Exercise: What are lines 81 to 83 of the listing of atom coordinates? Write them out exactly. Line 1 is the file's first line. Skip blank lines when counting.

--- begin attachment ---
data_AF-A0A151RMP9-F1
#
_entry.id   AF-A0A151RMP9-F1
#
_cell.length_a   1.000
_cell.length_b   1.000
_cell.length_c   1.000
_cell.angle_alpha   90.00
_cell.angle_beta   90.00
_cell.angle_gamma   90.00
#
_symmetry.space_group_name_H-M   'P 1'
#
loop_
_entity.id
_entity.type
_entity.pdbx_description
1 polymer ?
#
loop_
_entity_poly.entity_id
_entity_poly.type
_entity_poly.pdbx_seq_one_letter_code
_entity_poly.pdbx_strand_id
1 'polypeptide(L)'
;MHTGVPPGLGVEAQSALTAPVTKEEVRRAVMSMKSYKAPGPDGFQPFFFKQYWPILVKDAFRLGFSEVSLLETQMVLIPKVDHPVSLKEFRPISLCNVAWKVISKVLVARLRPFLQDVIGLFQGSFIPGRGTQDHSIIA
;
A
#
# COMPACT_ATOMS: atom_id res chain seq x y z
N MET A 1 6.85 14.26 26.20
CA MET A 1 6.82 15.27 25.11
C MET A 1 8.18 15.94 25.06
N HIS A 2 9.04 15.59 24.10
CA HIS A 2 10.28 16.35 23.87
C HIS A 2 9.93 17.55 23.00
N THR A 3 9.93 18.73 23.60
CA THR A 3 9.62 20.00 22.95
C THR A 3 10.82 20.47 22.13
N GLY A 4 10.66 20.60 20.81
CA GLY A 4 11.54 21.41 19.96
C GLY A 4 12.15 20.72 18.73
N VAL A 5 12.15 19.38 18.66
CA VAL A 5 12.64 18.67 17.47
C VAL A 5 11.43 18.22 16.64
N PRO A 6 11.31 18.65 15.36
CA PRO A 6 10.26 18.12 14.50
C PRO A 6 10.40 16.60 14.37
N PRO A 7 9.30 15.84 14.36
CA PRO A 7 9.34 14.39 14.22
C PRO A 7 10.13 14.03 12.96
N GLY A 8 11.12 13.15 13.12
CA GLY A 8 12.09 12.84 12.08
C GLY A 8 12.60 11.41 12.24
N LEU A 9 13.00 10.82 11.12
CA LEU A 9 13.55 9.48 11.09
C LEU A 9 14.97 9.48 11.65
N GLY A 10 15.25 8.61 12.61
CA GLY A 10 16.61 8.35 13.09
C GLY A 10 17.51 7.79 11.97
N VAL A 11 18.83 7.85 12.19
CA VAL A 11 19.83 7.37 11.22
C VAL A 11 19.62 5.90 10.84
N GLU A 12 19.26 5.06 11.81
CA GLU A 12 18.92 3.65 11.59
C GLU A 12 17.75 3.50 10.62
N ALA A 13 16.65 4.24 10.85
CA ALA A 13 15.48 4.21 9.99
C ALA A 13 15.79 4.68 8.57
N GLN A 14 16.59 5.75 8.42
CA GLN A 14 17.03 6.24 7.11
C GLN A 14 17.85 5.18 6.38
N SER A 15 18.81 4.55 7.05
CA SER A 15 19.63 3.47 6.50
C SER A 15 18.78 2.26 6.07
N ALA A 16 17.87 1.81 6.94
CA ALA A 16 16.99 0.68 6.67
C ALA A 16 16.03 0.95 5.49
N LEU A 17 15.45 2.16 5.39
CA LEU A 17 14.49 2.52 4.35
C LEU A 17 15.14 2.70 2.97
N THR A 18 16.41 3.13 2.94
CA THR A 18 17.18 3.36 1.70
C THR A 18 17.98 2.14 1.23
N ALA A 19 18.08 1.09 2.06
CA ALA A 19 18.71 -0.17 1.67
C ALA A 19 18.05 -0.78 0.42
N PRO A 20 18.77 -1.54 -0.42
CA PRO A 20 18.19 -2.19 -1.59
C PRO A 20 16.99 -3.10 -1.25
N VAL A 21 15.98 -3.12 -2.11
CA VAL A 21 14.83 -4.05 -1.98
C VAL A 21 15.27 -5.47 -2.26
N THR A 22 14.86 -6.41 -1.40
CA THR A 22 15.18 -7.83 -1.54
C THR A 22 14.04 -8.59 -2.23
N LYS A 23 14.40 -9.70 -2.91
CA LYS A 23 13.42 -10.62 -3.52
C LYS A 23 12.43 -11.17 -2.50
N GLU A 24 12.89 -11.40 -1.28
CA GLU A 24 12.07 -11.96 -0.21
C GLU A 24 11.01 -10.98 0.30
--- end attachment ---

C LEU A 17 15.14 2.70 2.97
N THR A 18 16.41 3.13 2.94
CA THR A 18 17.18 3.36 1.70